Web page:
“Its [the artwork’s] confiscation [by foreign powers] is unparalleled anywhere in the world. Modern Afghans have felt culturally downgraded as a result.

“It was a dream for me to bring part of Afghanistan's civilisation, part of its culture, back to the country and tell ordinary people there how extraordinary their heritage is.”

Herat governor Mohammad Asif Rahimi welcomed the exhibition as a remarkable success. He acknowledged that the city’s cultural heritage was in need of greater recognition both domestically and internationally, but said that Barry had gone some way in highlighting the issue.

“Each of these prints holds a wealth of information and is of enormous artistic value,” he said. “A booklet needs to be developed for each piece so that everyone with an interest can understand its history and its merit.”

Arif Raoufian, Herat’s director of information and culture, also described Barry’s work as a significant step towards reviving Afghanistan’s understanding of its rich artistic past.

He noted that the collection provided a phenomenal opportunity for studying the works of Kamal-ud-din Bihzad, born in Herat in 1465 AD.

“This collection of pieces from the Timurid era is a wonderful way of linking today’s Herat with our past,” he said.

While welcoming the exhibit, other officials, teachers and artists in Herat warned that the city’s status as a centre of culture was nonetheless in jeopardy.

Sharif Ahmad Haidari, head of the Kamal ud-Din Behzad art school, said that support for the visual arts in the province was in decline. Falling demand for paintings sold by the school and other institutions was a clear indicator that the public’s appetite for art had waned.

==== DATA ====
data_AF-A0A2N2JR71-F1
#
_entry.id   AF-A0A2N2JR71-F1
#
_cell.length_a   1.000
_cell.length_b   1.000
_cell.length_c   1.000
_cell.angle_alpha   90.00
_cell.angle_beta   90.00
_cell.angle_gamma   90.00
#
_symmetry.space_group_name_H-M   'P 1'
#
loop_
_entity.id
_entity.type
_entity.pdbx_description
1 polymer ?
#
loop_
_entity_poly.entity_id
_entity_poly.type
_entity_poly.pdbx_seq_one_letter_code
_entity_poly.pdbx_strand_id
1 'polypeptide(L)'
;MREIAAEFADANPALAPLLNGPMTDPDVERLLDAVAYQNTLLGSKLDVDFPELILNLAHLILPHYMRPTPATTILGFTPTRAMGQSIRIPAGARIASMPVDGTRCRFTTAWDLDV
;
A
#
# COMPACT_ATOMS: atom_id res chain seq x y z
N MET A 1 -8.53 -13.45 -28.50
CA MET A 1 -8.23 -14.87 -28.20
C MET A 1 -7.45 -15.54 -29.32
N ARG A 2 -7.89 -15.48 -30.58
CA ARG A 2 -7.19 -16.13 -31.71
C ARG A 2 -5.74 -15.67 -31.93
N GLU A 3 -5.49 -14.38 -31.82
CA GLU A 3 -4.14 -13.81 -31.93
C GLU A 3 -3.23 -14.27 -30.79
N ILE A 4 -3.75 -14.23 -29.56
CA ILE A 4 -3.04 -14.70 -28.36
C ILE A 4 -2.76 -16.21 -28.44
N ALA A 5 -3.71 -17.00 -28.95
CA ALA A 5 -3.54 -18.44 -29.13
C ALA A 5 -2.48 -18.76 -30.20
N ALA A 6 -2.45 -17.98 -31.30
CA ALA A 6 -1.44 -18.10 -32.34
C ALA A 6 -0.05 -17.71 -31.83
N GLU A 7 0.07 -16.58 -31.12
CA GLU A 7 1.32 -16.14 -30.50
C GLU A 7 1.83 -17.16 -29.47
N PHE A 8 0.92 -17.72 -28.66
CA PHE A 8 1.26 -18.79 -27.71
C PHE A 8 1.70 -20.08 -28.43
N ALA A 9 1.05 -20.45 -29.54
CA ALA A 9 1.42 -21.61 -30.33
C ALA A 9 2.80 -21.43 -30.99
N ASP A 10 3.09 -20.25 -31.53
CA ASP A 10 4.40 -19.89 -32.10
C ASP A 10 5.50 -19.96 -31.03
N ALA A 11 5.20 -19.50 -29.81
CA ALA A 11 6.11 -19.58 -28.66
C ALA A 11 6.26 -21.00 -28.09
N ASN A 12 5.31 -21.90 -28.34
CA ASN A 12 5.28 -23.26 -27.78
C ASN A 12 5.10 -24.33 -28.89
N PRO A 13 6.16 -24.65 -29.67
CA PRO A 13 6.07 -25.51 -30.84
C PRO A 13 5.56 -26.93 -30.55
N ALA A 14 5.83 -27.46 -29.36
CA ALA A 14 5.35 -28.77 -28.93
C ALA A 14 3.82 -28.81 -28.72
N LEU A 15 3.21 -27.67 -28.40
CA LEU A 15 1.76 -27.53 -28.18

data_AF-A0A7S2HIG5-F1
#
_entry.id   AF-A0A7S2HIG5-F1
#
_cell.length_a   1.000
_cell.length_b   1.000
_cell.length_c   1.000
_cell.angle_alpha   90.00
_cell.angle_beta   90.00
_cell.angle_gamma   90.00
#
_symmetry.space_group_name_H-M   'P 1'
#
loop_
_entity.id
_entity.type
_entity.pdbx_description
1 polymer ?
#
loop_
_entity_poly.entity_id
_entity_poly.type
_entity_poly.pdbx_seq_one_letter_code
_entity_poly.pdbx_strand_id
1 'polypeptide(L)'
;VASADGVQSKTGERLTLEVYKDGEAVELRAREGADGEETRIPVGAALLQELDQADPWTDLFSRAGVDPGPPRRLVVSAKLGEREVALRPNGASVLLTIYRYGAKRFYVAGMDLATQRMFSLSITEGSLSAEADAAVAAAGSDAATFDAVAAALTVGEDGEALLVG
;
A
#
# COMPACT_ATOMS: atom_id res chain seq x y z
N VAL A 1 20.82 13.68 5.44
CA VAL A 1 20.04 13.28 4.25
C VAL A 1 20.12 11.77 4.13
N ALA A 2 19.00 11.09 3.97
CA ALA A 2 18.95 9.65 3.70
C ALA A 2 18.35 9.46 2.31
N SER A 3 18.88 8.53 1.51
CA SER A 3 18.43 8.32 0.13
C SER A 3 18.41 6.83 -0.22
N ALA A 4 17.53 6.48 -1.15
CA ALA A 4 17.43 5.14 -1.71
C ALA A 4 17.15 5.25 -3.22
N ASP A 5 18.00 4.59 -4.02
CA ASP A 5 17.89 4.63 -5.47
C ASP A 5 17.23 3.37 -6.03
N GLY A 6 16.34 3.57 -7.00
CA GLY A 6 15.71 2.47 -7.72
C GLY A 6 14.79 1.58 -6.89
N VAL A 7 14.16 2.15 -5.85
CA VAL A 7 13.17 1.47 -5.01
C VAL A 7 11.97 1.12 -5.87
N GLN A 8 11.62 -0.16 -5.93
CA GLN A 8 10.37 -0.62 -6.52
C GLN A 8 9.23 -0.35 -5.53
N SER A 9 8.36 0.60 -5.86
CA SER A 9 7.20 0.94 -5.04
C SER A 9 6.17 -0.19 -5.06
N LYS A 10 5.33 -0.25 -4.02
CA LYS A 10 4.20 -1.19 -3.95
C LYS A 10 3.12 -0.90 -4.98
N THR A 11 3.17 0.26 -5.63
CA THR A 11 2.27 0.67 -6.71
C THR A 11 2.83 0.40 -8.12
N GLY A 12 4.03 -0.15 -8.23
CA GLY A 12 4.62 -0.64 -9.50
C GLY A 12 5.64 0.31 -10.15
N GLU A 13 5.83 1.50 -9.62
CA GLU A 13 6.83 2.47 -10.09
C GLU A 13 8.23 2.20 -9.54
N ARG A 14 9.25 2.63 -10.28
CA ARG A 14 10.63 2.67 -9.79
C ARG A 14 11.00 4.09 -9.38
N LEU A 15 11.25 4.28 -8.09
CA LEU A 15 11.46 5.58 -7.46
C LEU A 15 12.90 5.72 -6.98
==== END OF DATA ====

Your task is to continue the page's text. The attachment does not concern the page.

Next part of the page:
“If we compare today with seven or eight years ago we can see that our affection for and understanding of our art is much poorer,” he said.

Sultan Ahmad Noorzai, who has worked in ceramics for the last 40 years, also said that Herat was in danger of losing its artistic standing.

He told IWPR, “The condition of the art world in Herat province is far from satisfactory and many artists are now either working in other professions or are working abroad.”

Local artist Raihana Akbari urged the government to do more to address the decline.

She called on the ministry of information and culture to hold seminars as well as organise regular, international exhibitions to promote the city.

“If neither the public nor the state value our art then artists throughout the province will become discouraged,” she argued.

Art historian Abdul Ghani Neksair agreed, claiming much-needed investment was required to boost Herat’s arts scene.

 “Sadly, where we’re at today is not comparable with the Timurid era. Many of the arts - skills such as tiling and miniatures that were around at that time - have been lost.

“Steps that should have been taken to protect Herat’s artistic heritage weren’t taken.”

Jawid Zargham, the provincial head of arts and culture, said that he was committed to addressing the issue. He argued the popularity of the city’s painting and calligraphy was in fact growing, adding that he was working towards establishing a market for artists to display their pieces in Herat.

This report was produced under IWPR’s Supporting Investigative Reporting in Local Media and Strengthening Civil Society across Afghanistan initiative, funded by the British Embassy Kabul.